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THE LABOR JOURNAL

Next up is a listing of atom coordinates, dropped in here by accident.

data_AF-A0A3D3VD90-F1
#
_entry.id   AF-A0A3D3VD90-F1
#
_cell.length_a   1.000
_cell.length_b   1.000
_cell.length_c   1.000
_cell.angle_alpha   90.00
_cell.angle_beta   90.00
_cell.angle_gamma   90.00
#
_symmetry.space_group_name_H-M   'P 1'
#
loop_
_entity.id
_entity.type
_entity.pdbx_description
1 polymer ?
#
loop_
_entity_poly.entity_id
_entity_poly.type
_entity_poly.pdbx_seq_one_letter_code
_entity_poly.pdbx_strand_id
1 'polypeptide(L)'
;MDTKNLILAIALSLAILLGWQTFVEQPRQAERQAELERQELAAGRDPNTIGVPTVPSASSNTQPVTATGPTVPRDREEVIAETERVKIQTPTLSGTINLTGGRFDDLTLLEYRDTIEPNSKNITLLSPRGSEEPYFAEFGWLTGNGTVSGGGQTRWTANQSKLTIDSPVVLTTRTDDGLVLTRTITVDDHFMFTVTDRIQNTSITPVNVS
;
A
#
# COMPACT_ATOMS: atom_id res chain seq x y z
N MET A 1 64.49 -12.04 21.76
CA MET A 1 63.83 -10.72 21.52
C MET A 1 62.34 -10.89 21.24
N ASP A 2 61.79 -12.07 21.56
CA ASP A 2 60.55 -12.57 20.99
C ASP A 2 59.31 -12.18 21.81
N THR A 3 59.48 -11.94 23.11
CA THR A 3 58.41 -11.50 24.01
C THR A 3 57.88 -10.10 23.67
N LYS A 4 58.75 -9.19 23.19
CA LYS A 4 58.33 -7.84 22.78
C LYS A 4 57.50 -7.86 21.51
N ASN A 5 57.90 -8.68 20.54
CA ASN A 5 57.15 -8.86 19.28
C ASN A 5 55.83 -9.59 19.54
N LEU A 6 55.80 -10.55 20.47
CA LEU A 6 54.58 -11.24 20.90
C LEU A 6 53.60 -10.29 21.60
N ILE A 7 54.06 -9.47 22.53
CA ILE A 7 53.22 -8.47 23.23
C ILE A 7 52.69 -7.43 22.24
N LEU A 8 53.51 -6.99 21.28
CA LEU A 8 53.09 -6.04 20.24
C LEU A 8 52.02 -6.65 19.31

Mention the Journal to the merchant who solicits your patron age through these columns. VOL. XX. We wish to thank our many patrons for their patronage during our late sale, which was greater by far, than we expected. White & Hackett Complete Hotel and Homefurnishers 2807 ROCKEFELLER "Courteous Treatment and Your Moneys Worth." MURRAY Has the Largest Line of Union Made Shoes In the City MURRAY'S SHOE STORE 1707 HEWITT AYE. UNION MADE Call for them Have You Tried the MMSU CIGAR It is an ideal UNION MADE cigar, as good as the name. UNION MADE Big Discount AT THE REMOVAL SALE The JESDAHL CO., Incorporated CORNER WETMORE AND HEWITT. Phones; Ind. 299Y, Sunset 1162. THE LABOR JOURNAL THE OFFICIAL PAPER OF THE EVERETT TRADES COUNCIL Machinists Winning Prospects Bright for Suc cessful Termination of Eight Hour Fight of Metal Trades Unions. Since last week's issue the striking machinists in the northwest have trained a decided advantage. All shops in Olympia have signed up and are running on an eight-hour basis. The Washington Iron Works in Spokane, one of the largest shops in that city, conceded the eight-hour day without any sign of trouble. Everywhere the boys are standing firm without a sign of weakness. The scarcity throughout the country of available mechanics is making the task of strike breaking agencies a difficult one. The fight cen ters In Eos Angeles where the employers are determind to break the unions at any cost. Every craft in Los Angeles, San Francisco and other smaller cities is rallying to the support of their brothers in Los Angeles and are raising a war fund of $100,000 a week and victory will ultimately' come to the unionists in the Southern California city. Locally, the situation is unchanged. The boys have the situation well in hand and their ranks are unbroken. As before stated the Sumner Iron Works must bear the blame for a protracted struggle in tills city as the smaller shops would sign up were it not for the pressure brought to bear upon them by the Sumner people and their backers It makes no difference to the machin ists whether the strik lasts one month or twelve, as far ns their determination to win is concerned. They counted the cost of this struggle before they went out. They are putting up a splendid front and deserve the united support of all members of organized labor. Opponents of the eight-hour day for machinists are respectfully referred to the following quotation from the speech of Senator Beveridge delivered in the United States senate, May 23, 1910: "I wish to say a few words, how ever, Mr. President, in explanation of the table which I ask to insert in the Record. This table is computed as a result of a notable experiment by a prominent German mafnufajcturer who wished to ascertain to what extent it was possible to balance a diminution in the hours of labor by intensified production, and whether the greater exertion called for entailed a more rapid waste of physical powers. "Starting out on a basis of an eleven and three-quarter hour work day, this manufacturer reduced the hours of his employes to nine hours. This arrange ment proved very successful and held for several years, when the question of a still further reduction of time came up for renewed discussion. "The manufacturer thereupon de clared his willingness to introduce the eight-hour day, in view of the success which had followed the first cut in the hours of liis employes, agreeing that the standard of wages should re main the same for the eight-hour day as for the former nine hours' work. Before the end of the firts year it was ascertained that neither a diminution in performance had toiken (place nor that the workers had been worked to excess, not even the older Mien. "The statistics on this subject are very instructive, and the comparisons made yield surprising results: 1899 1900, total number of hours of contract work, 559,169, average per man, 2400; compensation, 234,899 marks; earning power per hour, 61.9 pfennigs. 1900 1901, total number of hours of contract work, 509,559, aver age per man, 2,187; compensation, 366,484 marks; earning ~ower per hour, 71.9 pfennigs. "These figures show that the hourly earnings increased 16.2 per cent. In other words, the employe working eight hours a day did 16.2 per cent more work per hour than he did when he worked nine hours a day. It is clear from this that in an entire day he did more work on the eight hour basis than formerly. "An historic review of nours of la bor will help us. When the factory system in England began, toward the close of the eighteenth J-entury, the workday was from fourteen to sixteen hours. It took several decades to get the workday down to ten hours—the manufacturers said that a shorter day WBllld ruin them. It was reduced to ten hours; yet profits increased and the working people did better work. Also, they began to live. PATENTS —Patent bueiness of every character skillfully attended to by Schuyler Duryee, formerly chief clerk of United States Patent Office Ev erett, Waah., 2822 Colby Avenue. EVERETT Devoted to the Interest EVERETT. WASHINGTON. FRIDAY, JUNE 24. 1010. THE EIGHT-HOUR DAY. PATENTS Moose Have Big Boings Large Class Initiated Into Popular Order at Mason ic Temple by Degree Team of Seattle Lodge. Despite the counter attractions of the Sunday meeting and special class initia tions in other orders) happening the same evening, a big herd of prospective Moose were led through the forest and given their antlers last week at Ma sonic Temple The beautiful and im pressive work of the order was con ferred by the drill team of Seattle lodge headed by Dr. Law. About fifty Seattle Moose among whom was Comp troller Bothwellj accompanied the team on a special car. After the candidates were safely herded, speeehmaking was indulged in and a general "get acquainted" hour was spent. I)v. Hedges, J, J. Sullivan, F. P. Buell, A. M. Maulsby, J. E. Campbell, E. P. Marsh and other local men were called on for short speeches and in turn were jollied or roasted, which ever pleased the fancy, of the Seattle brothers. Organizer Replogle presided in a happy vein and explained the aims and objects of the order and told of its rapid growth in this state since the first lodge was instituted in Spokane just a few months ago, It was unanimously decided to hold the charter open for a period of thirty days. At the next big class initiation the permanent officers of the lodge will be elected and installed. A- cordial in vitation was extended to the Seattle boys to be present at the next initia tion and exemplify the work, aud a rousing vote of thanks was extended to them for their help. The ruder differs but slightly from the Klks, Eagles nnd similar orders in its A splendid type of men is joining tne Moose in this city which augurs well for a healthy. well-conduct ed lodge. It is proving to be very popu lar with union men. as over half of those, initiated at the last session be longing to some organization or other in the city. During the period that the charter remains open the initiation fee remains at he low figure of $5.00 and the boys who want protccion for themselves and families in this wide awake order will do well to take ad vantage of the charter fee. After it doses the fee will be raised lo $25.00. Organizer Replogle may be seen any time at his rooms in the Bismark hotel and will be glad to meet the boys and explain to them in detail the aims and objects of the order. The Labor Temple reading room will gladly welcome any donations of maga zines for its reading table. Bring along your magazines that you have read and don't know what to do with. UNFAIR LIST PRINTERS—KniseIy Printing Co. 3001 Wetmore. Kane & Hnr cus, Proprs. BRICK LAYERS —0. A. Wheeler, Dan McCarthy, Harney Grant, and all bricklayers on Presby terian church. MITCHELL HOTEL, Barber Shop, Bair and Cafe. A. Ericson. CEMENT WORKER—Pettit, Sr C. R. SCHWEITZER, Plumber. MODERN PLUMBING & HEAT ING CO. ACME ICE CREAM CO. ROBERTSON & WARREN ACME PLUMBING CO. PLUMBING CO., 3316 Everett. It. Springer, of Springer'! Bazaar, 1313 Hewitt avenue. Warehouse foot of California street. P. Sampson, contractor. CARPENTERS—D. Jardlne, C. J Hand, Piatt, Taddock, Ridgeway 1402 Grand; Mr. Steel, M. W. Perkins. PAINTERS — John Engblom, Thos. J. Mart, E. E. Neal. ELKS' BUILDING—Cor. Itucker and California. PLASTERERS -W. A. Allyn, Willard, C. Wheeler, A. E. Wright. Booth. BARBERS Wm. Whittaker, Lowell. Clarence S. Tripp. CONCRETE AP A RTMENT HOUSE, corner Norton and Pa cifio By order EVERETT TRADES COUNCIL. of Organized Labor Open Shop A Misnomer Non-Union Shop Closed to Opportunity, Hope, Better Standard of Liv ing and Citizenship. Persons who are opposed to the union shop because it interferes with individ ual liberty either forget that there is no such thing as individual liberty or they have never given sufficient thought to the subject to reason out this fact. National, state and municipal law is an interference with what is called in dividual liberty. Individual liberty is anarchy under another name. The union shop says to the men whoso standard of life is low and whose environment is degrading and who has no home or family ties that the citi zen having high ideals and responsi ble family tics shall not be dragged down to the level of the irresponsible and shiftless. The non union shop which is termed the open shop is desired by some em ployers because the non-unionist can be used to tear down the living and moral standard of the better class of workers. Tn the social life the handsome streets, dwellings and restricted dis tricts of the so-called hector classes rep resent the union, while the slums rep resent the miscalled live workman or non unionist. The union shop protects the home and keeps the children at school. The non-union shop degrades the home and furnishes a treadmill for tin- children who should he at school. The union shop forbids one to burn his home in the exercise of his individual liberty because he endangers the property of his neighbor. The union shop forbids one to maintain a. nuisance of any kind which endangers the health of the com munity. What any community may do to protect itself against danger of any kind and to advance its material in teres! the trades union may justly do. and it may with the same legal and moral right frown upon, resent and prevent any invasion of its rights as can any community, state or nation. For the reason herein given and for many others the union or closed shop is just, hence elevating.—Boston Globe. TO LOCAL SECRETARIES This is the month when most of your unions elect new officers for the en suing term. In order that we may keep the union directory in The Journal up-to-date, kindly notify us of any change in the offices of president and Secretaries of your local unionf, If you elect new officers give us their names together with their street ad dress and telephone number and we will change the directory at once. That "Open Shop" Resolution The ''Open shop" resolution, passed by the Chamber of Commerce in this city was one of the rawest things of its kind we have ever seen. Read this choice paragraph over carefully: "Re solved, That the Everett Chamber of Commerce affirms that organized labor has no right, either by force or other wise, to interfere with the right of any individual to work for whomsoever he may see fit, and on whatever terms may be arranged between the employer and the employe." Personal liberty is the most abused term ever coined and ought to be stricken from our vocabu lary. A man's personal right ends when the exercise of those rights en dangers the well-being of his fellows, individually or collectively. His right to strike a bargain with his employer ends when thnt bargain means the curtailment of the rights nnd blessings of his fellows, singly or in the mass. 'Hie little handful of men who stulti fied the entire membership of the Chamber of Commerce by the passage of that fool resolution were either gross ly ignorant of the labor question and thus allowed it to lie crammed down their throats without realizing its im port, or were absolutely opposed to the organization of men into unions and took that sun' way of advertising the fact. Union label hats at the Boston. The Everett boys gave a rousing greeting Tuesday evening to their In ternational president, C. J. Folsoni, the occasion being his first visit to his home local since leaving the lied of sick ness to which he had been confined for over two months. Bro. Folsom is still a little weak from hi* long illness, but! the old undaunted spirit is still there and he is eager to again get into har ness. He will resume active duties the first of July. Fourth Will Be Hummer Preparations Completed For a Rousing Three Days' Celebration of the Nation's Birthday. Everett is now ready to Welcome tlie largest crowd ever received by this city at a celebration, as final arrangements have been completed for the three days' celebration, which will be held on the Ist, 2nd and the 4th of July. These indeed will be gala days for the city and it is assured that there will be no laps, or rest from excitement from the time the curtain is drawn on the great celebration Friday morning until it is rung down with the great pyrotechnic parade and confetti battle Monday ev ening. With the five bands thnt have been engaged there will he plenty of music, the hundreds of dollars that have been expended in fireworks will make a grand illuminated spectacle on the evening of the Fourth, and the many interesting and novel features scheduled for the three days will interest every class. Perhaps the most interesting feature of the celebration will be the encampment of the Ninth Regiment of Foresters, Modern Woodmen of Amer ica, who hold their annual encampment iv Everett this year. This encampment will bring many visitors to this city in addition to the thousand woodmen who will 1«> in attendance. Space does not permit us to mention all of the many events which Everett will offer for these three days, but we mention the most interesting and at tractive. The first two days of the eel ebration will he give nover almost ex clusively to the Woodmen, although there will he many features that will he of interest outside of the work plan tied by the convention committee. On the morning of the 4th the great dis play and work-horse parade will be the main event. Liberal prizes have been Offered for the contest. A grand free barbeque, music by the bands and a patriotic address will finish the morn ing doings of the 4th. immediately after dinner the Everett Fire Depart ment will give demonstrations on the street and there will be competitive drills by degree teams represent in? various lodges throughout the state. There will be a great many smaller events on the circus grounds where prizes will be offered nnd many of the events will be worth participating in. Events for children, women and men. There will be a log rolling contest and shingle packing contests on the river bank; Indian canoe races, motorbo.it races and other events on the water front: tug-of-war, linemen's contest and races on the street. In fact, this will lie the grandest and most comprehen sive celebration held in the state this year. The conclusion of the three days' celebration will be reached on the even ing of the 4th with a grand pyrothech nic parade, consisting of decorated and illuminated automobiles, motor cycles, floats representing the manufacturing and retail industries of the city, a grand confetti battle ami military hall in the Coliseum. SOCIALISTS HARD AT WORK. The Socialist victory in Milwaukee has given the Socialists all over the nation a new lease of life. In Connecti cut a full state ticket has been placed iv the field headed by the noted So eialist writer and student. Robert Hunter, Debs, Berger and other noted Socialist leaders will tour the state in a whirlwind campaign and it is confi dently expected that an enormous So cialist vote will he piled up. In Chi cago last Sunday occurred a Socialist demonstration that was hardly sur passed at any stage of Debt' "Red Special" campaign, noteworthy as that campaign was fifty thousand peo ple assembled at a North Side amuse ment park to take part in what has been characterised as the real opening of the campaign for the political cap ture of the Windy City. Mayor Siedel, of Milwaukee, was one of the speakers and in his address ,le livercd this significant advice: "It is not essential that the workers lie instructed in Socialism. Socialism is a phase of civilization, a growth any how. Talk to the people in their own language, t not in isms and ologies. Show the people the reason there are boulevards in front of the homes of the rich is because the rich furnish graft for the politician and the politi cians furnish the boulevards in return." A very wise man is Emil Siedel. Only the occasional few are intellectual en ough to understand and appreciate a steady diet of Karl Marx the homely lioinelies ami trite phrases of Siedel appeal to the many Mr. Kdison YVhitaker. baa business of a prolong nature, combined with B little ozone and a change in life's way of living and is spending a few happy hours in the down-ound cities THE LABOR JOURNAL Is the official organ of the Trades Council, and is read by the labor ing men and women of Everett. Will Use the Label County Official in Manly Letter Promises That Agreement Entered Into Will Be Respected. The Journal article in last week's is sue about the county printing stirred up quite a hornet's nest around the courthouse. We are in receipt of a letter from County Commissioner Mc- Cullough protesting against the light in which the county commissioners are placed. Mr. McCullough wrote a straightforward, manly letter in which lie declares that if he made an error it was unwittingly and that he wants to deal fairly and squarely with organized la bor. The causes leading up to the publica tion of the article nre these: A majority at least of the present board of county commissioners signed an agreement with the typographical union that the union label should appear on all county printing. Whether inadvertently or otherwise the agreement was not lived up to ns some of the printing for the county was done by a firm unfair to organized labor. The typographical delegates to the central body complained vigorously against this action. They further stated that a list of the firms entitled to use the label had boon sent to the county officials. They wished the matter brought to the attention of the county commissioners and the council secretary tin« instructed to write to them in regard to it. The Journal stands first, last and all the time for the cause of the unions and has no hesitancy whatever in attack ing any man or set of men when it be lieves they are not doing the right thing by the unions. At the same time we do not want to be unjust to any man nor will we attack him for the pure love of creating a newspaper-sen • lation, Mr. McCullough states that he has always been fair to labor both as an employer and as a citizen, and his past record bears him out in that state ment. He was manly enough as well to go to the officers of the typographl cal union and tell them that if the agreement had been violated it was not intentional on his part and that tlie label would bo demanded in the future. Mr. McCullough is not before the public seeking re-election this year and cannot lie accused by the skeptical of playing for the union vote. The printers are convinced that he is square and sincere in the matter and so is the Journal and we take this oppor tuniy of saying so. We like to be able to praise a man for his attitude. It isn't the most pleas ant thing in the world to be forced to criticise and condemn. Mr. McCullough has done the right thing in our estima tion in going more than half way to set himself right. And what we say of Mr. McCullough goes for the entire board, if it will see that the agreement is lived up to in the future. Retail Stores and Union Men. The clerks' union. local Xo. 4 48, of this city wish to thank the retail mer chants who so readily complied with our request to close their places of business at 6:00 p. m. every night except Sat urday. (Saturday. 10:30 p. m.) A committee appointed to look after this matter found, on Monday night. •Tune 20. only two clothing stores and one jewelry store open on Riverside and one jewelry store near Broadway and one small clothing store and small shoe store below Grand avenue on Bayside. I'nless these stores comply with our re quest. WS will take action against them a once, with the help ol all unions iv the city. All the clerkl a-k tor. and expect to maintain, is the six o'clock closing hours, and we respectfully ask the help of all in this matter The Retail Clerks' Cnion. Local No. 448. SHINGLE PACKING CONTEST. Not the least interesting among the many events planned for the coming celebration of the Fourth is the shingle packing contest for the championship of the coast. These events are always exciting and closely watched ns each contestant has numerous friends who consider him the "unbeatable" on hand to spur him on. A committee from the local shingle weavers' union will aid the Husiness Men - association in pre paring for and carrying out of this event. Prizes aggregating $100 have been hung tip for the shingle packing contest and should bring forth a large numlxT of entries. PLAY BALL The boycott against the Cleveland liase hall club ha-t been declared off. Han Johnson, president of the American league, made the settlement with the Building Trades. Hereafter all building done in the league will be done by union labor, and all printing must bear the la bel. The Cleveland club gives one day's receipts each year for the benefit of union labor. No. 2:1. NOTICE.